Case Study: Scottish Sculpture Workshop and Supply Chains
Trainee Technician Michael Hautemulle burning out a mould. Photo: Finn Arschavir
Located in Lumsden, Aberdeenshire, Scottish Sculpture Workshop is an internationally renowned site of learning, exchange, and production, supporting artists of all disciplines. Through their facilities, artist residencies, artist-led projects and international partnerships, Scottish Sculpture Workshop supports artistic ambition on multiple levels.
Scottish Sculpture Workshop (SSW) has for a long time engaged with environmental issues and visiting artists are encouraged to entangle their practice with the ecological concerns of the workshop’s location. Work has included the five-year EU large-scale Cooperation project, Frontiers in Retreat, a collaborative enquiry into the intersections between art and ecology that strived to generate a more complex understanding of the relationships between locally articulated ecological concerns and larger, systemic, global processes.
With questions emerging from these programmes, SSW has been trying to align their inner workings and infrastructures as far as possible with the environmental ethos of the artwork and research produced there. In the past year, they have experimented with initiatives such as setting up a residency exchange by land travel through a new and are planning a major capital development, working with Collective Architecture, which will reduce the environmental impacts of their buildings.
One initiative currently underway examines material supply chains, seeking detailed understanding of where the materials artists use in the workshops come from in order to make informed decisions about the most sustainable choices. As an organisation they are uncomfortably aware of the complex overlaps between the making skills and processes that they foster and the extractive systems that underpin these at environmental cost. This builds on research by artist Brett Bloom, commissioned by ArtsAdmin and SSW as part of Imagine 2020, that looks at how the petrochemical industry is entangled with every aspect of our lives, both in terms of physical objects but also the way that we think.
To explore these supply chains further, they developed a new placement, an Infrastructures Intern, to carry out a detailed investigation. The intern, Finn Arschavir, found that supply chains were often highly opaque and requests for information might be dismissed on the grounds of safeguarding commercially sensitive information or because the company simply did not record the data. Some companies could be convinced to provide information on request and one company compiled the sources of one type of clay (the most used at SSW). This was found to have sources mostly within the UK, making it an option with relatively low travel emissions attached.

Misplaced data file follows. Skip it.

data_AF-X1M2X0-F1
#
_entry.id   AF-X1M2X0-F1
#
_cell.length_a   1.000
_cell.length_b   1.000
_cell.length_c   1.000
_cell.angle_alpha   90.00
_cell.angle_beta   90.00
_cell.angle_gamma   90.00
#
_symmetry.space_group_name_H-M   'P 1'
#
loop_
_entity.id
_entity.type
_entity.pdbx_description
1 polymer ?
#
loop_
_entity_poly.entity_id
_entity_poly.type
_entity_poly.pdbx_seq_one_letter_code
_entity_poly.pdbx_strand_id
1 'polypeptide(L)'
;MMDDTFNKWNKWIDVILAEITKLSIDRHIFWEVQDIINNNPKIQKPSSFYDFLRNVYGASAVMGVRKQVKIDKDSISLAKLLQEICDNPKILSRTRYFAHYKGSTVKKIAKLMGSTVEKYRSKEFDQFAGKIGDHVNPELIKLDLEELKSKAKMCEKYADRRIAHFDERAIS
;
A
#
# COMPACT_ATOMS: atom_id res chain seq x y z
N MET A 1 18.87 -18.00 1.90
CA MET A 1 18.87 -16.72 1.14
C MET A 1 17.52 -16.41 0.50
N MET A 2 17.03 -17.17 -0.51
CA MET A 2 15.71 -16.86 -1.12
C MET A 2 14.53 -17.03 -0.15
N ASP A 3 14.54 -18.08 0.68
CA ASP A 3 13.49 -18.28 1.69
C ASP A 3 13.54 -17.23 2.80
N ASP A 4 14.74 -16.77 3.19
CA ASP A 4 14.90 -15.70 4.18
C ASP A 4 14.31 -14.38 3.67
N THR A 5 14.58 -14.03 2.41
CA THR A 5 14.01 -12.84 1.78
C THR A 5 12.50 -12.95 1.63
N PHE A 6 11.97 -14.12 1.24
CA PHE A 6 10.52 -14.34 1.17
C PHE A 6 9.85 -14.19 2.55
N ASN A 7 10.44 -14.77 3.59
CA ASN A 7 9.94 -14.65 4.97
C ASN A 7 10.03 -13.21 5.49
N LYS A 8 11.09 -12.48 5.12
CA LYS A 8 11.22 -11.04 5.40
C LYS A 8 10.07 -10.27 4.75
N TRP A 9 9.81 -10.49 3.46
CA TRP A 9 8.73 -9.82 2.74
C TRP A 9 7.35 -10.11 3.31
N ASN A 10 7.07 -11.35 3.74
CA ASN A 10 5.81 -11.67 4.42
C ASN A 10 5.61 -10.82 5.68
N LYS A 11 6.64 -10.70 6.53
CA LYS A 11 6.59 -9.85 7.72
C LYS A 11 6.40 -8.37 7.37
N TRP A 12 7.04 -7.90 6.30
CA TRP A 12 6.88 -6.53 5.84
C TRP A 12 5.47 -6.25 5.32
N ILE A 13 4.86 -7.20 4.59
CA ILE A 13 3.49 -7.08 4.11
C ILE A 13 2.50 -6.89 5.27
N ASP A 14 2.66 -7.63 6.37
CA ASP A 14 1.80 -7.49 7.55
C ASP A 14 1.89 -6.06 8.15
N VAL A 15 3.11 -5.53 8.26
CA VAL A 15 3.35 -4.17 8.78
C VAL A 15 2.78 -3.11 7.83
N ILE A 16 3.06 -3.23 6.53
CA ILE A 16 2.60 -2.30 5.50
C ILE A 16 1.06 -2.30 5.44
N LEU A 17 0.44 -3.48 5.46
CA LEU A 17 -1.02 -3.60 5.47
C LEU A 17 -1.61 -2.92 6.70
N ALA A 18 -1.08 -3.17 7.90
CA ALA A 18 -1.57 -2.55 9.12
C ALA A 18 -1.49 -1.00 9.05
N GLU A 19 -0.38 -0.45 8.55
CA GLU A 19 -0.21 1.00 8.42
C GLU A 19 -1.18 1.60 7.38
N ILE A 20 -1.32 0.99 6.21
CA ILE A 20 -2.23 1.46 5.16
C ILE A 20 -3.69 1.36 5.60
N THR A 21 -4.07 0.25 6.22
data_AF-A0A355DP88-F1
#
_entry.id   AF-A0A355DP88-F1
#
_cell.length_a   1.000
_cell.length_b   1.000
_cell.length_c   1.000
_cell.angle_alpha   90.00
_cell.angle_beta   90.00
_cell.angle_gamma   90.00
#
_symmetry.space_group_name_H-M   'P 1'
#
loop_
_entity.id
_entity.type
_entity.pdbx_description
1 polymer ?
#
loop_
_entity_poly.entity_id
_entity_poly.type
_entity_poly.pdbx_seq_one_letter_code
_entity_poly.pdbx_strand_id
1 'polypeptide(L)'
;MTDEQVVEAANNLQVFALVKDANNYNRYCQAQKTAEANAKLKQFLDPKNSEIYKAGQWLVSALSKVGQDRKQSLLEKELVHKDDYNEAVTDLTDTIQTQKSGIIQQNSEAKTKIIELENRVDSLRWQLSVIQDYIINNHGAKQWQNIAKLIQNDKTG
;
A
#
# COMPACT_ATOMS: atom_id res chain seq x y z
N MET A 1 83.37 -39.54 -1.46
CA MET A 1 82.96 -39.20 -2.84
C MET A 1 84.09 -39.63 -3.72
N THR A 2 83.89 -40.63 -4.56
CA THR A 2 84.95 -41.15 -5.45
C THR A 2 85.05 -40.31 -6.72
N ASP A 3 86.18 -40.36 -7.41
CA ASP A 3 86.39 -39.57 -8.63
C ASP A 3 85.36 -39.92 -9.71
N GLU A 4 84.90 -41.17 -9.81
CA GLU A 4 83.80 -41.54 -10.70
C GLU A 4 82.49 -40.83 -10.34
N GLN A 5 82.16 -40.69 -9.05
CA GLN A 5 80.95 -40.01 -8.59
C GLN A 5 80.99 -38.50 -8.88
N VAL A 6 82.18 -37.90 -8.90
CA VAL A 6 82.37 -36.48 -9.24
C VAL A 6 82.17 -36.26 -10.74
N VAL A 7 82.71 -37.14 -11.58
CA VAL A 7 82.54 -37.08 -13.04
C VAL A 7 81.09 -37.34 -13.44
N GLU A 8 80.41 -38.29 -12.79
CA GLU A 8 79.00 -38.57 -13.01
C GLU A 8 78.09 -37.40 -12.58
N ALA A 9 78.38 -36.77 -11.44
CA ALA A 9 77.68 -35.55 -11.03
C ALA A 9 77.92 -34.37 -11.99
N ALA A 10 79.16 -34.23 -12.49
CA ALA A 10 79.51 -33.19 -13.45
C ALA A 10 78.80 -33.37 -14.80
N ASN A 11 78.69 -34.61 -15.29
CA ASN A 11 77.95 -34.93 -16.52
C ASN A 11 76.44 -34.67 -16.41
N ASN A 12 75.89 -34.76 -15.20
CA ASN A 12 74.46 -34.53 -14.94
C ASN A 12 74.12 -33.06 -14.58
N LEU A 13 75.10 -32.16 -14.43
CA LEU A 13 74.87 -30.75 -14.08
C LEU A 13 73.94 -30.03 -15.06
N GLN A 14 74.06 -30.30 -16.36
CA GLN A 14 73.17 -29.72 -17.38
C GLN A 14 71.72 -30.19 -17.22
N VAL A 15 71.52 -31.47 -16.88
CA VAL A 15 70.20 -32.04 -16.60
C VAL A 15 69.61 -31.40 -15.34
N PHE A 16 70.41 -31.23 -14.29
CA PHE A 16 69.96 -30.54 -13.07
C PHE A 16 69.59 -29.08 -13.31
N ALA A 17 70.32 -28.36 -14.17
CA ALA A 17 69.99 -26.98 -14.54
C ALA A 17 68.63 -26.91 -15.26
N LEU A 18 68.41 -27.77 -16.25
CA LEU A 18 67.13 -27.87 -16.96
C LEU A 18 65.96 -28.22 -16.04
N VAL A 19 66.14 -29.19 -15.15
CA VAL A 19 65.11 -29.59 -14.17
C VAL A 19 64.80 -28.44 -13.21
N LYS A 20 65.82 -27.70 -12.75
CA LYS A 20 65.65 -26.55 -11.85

However, SSW were concerned that the process of breaking down ingredients seemed to reveal the omnipresence of damaging colonial narratives in the mineral and petro-chemical industries. For example, the process of extracting minerals from developing countries to be removed to the UK for the purpose of developing our arts and culture arguably has its origins in colonial power systems. Finn compiled a list of the most sustainable materials available, taking into account how far they have come from, their perceived life cycle including recyclability and potential for reuse, and whether they are renewable or finite.
This research is feeding into SSW’s environmental policy, which will also include examples of good practice from other institutions. Going forward, this research and the complex questions it raises will be further explored by the 2020 Winter Residency programme, and in collaboration with a Researcher in Residence, funded through the SGSAH Artist Residency programme.